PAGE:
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Total Commander as it is can perform a number of simple compression tasks. Even better it can be extended to use others (such as WinRar). One of the more amazing things is that you have a tool extended so much that it can create multi-disk, password protected and self extracting archives with these tools too. This saves a heck of allot of time (especially when you may want to pull an infected file away from a system, but still keep it for later inspection). Having these options really make the various kinds of compression you handle faster.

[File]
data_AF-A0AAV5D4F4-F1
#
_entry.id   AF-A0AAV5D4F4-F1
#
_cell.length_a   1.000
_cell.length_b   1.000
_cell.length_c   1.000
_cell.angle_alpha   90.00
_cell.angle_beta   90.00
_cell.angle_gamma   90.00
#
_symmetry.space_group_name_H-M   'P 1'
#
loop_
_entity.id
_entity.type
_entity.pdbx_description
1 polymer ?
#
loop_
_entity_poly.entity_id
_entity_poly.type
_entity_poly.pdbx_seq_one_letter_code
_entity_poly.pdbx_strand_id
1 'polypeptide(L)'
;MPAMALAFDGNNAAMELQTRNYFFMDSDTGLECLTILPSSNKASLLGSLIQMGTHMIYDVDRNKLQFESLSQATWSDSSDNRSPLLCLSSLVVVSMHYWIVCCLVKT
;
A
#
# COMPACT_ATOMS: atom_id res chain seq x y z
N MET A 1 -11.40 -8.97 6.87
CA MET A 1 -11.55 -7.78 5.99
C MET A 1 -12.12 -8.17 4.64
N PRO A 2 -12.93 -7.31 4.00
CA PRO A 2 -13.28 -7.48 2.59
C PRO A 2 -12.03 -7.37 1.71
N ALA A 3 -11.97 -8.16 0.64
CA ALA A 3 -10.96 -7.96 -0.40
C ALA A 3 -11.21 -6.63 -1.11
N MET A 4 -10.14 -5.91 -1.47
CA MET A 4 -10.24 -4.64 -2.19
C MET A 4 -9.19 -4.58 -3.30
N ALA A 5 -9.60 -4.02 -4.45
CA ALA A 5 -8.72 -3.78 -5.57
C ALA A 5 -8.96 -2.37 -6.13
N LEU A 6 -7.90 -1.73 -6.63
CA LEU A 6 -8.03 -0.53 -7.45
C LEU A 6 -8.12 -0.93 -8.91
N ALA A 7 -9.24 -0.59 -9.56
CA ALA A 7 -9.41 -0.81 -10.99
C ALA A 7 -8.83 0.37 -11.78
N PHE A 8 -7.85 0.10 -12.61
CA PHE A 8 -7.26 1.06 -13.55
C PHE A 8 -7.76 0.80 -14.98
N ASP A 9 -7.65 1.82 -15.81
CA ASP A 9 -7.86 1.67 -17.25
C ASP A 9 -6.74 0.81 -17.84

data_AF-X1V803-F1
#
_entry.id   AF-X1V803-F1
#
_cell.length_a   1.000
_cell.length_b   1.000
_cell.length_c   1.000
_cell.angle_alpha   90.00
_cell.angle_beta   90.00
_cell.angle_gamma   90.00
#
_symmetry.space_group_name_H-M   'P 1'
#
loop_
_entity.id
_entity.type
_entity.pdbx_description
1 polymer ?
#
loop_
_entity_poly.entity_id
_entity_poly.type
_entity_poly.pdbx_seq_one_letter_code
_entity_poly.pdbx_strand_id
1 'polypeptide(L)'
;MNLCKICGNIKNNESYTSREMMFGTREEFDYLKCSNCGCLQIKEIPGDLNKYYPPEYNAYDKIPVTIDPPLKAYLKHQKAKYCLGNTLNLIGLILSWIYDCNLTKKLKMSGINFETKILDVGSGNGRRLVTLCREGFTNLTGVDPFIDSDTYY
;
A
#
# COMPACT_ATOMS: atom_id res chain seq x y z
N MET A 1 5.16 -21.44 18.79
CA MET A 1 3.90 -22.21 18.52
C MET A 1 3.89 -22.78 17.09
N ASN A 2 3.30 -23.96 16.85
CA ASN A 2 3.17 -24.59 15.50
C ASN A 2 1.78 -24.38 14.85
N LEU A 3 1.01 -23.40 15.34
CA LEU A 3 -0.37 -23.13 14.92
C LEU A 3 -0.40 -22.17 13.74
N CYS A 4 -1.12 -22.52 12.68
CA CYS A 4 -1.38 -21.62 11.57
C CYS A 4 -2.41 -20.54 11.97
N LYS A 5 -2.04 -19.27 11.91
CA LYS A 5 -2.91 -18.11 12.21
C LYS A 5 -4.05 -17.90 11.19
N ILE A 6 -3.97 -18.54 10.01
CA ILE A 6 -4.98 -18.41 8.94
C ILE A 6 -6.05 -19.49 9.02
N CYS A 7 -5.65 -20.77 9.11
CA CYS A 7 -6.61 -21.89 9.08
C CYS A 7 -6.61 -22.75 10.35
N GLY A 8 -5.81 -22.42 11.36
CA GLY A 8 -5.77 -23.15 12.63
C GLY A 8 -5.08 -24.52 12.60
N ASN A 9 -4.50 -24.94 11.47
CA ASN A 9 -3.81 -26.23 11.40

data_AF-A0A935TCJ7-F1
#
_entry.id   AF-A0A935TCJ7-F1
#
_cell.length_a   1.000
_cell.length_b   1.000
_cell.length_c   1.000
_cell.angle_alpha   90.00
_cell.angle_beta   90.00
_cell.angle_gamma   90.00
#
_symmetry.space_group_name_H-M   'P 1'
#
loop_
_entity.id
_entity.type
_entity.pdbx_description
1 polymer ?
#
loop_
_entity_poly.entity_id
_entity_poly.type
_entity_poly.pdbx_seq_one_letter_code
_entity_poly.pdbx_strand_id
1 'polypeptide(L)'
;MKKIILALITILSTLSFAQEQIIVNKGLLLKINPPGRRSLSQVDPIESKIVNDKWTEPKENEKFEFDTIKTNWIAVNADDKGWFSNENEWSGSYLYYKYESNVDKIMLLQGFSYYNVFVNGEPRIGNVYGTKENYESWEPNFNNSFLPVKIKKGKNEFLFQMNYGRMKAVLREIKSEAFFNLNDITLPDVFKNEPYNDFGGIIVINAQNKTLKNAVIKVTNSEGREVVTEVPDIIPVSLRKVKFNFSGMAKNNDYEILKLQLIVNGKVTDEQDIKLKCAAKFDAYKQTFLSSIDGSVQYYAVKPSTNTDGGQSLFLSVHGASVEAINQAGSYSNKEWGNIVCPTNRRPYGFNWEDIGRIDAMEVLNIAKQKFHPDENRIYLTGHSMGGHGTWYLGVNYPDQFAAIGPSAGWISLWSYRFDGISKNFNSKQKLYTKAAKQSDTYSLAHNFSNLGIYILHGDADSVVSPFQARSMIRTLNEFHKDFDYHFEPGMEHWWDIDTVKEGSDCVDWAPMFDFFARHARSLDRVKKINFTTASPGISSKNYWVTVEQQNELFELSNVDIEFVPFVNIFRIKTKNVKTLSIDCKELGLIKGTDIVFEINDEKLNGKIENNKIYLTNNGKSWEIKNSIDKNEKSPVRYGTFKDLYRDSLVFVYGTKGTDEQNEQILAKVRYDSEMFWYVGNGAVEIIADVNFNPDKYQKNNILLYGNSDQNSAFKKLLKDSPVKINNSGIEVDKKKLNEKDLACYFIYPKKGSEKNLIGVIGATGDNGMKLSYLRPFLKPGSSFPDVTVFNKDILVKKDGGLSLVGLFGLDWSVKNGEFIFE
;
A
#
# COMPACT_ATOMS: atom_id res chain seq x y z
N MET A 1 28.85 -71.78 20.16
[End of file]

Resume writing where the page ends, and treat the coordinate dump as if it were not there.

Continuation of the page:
3. Size Calculations

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I’m often in a bit of a rush, but I’d still like to know how much space a particular folder or directory is taking up on the file system. There are many ways to do that, but one of the quicker ways is using the {SPACE} key with Total Commander. Selecting the folder, hitting {SPACE} will get you a quick data calculation right under the “Size” column so you can decide what to do about the directory. This can be a bit tricky when you have text in the command windows below – so make sure the command window is clear before doing this.

4. Powerful FTP Transfers